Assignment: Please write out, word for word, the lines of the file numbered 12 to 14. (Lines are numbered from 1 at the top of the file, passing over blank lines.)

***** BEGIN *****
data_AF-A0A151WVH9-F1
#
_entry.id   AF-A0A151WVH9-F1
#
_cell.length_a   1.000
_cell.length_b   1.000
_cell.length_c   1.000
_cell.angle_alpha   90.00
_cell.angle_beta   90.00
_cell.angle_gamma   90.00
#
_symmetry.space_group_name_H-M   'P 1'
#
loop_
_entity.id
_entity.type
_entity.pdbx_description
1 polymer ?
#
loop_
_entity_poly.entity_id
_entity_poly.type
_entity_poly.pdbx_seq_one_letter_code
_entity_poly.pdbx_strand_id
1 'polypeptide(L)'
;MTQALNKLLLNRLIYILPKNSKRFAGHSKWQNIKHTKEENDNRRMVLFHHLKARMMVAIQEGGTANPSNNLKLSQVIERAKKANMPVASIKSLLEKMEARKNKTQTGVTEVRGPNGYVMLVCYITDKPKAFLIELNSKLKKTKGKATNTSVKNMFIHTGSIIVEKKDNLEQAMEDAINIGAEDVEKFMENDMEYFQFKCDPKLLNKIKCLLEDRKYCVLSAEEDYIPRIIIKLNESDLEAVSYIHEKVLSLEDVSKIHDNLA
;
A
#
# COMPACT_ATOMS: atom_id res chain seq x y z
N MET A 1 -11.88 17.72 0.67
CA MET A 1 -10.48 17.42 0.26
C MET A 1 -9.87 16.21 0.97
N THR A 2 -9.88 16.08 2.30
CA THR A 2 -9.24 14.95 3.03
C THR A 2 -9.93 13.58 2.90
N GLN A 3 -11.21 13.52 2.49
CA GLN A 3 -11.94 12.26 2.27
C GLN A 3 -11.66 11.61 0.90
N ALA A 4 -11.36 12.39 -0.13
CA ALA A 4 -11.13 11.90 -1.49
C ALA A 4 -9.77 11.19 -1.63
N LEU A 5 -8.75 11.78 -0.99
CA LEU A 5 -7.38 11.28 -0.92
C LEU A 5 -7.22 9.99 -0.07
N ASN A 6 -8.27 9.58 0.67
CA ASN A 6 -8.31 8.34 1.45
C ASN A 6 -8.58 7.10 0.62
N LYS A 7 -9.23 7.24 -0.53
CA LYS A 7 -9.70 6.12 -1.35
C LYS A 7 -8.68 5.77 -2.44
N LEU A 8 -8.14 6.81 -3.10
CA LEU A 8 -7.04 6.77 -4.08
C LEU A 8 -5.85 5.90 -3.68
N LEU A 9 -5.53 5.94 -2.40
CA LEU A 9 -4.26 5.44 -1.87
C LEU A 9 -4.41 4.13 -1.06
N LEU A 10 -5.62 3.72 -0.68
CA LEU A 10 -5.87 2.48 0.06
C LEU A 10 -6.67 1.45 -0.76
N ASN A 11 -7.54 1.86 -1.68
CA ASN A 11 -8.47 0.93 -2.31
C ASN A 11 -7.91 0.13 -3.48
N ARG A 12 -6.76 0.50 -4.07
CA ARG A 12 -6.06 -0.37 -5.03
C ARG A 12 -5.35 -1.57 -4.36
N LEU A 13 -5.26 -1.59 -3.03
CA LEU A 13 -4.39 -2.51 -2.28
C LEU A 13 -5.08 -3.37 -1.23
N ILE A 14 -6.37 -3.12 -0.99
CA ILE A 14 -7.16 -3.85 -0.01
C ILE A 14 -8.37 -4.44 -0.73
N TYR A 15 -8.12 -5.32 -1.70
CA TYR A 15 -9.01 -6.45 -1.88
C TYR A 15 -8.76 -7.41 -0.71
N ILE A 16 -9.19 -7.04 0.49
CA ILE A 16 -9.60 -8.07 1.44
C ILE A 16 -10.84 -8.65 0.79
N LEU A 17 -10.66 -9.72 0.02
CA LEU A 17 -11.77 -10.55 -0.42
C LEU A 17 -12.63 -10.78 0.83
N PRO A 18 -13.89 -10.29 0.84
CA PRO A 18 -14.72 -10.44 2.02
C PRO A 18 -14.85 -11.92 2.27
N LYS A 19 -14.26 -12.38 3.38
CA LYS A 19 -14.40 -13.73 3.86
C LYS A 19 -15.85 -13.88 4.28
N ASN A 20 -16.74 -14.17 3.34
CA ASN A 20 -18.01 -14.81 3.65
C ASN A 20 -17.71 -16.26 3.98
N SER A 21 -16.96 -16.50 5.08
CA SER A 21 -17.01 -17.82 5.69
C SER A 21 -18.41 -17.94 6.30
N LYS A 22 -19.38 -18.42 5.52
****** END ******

_symmetry.space_group_name_H-M   'P 1'
#
loop_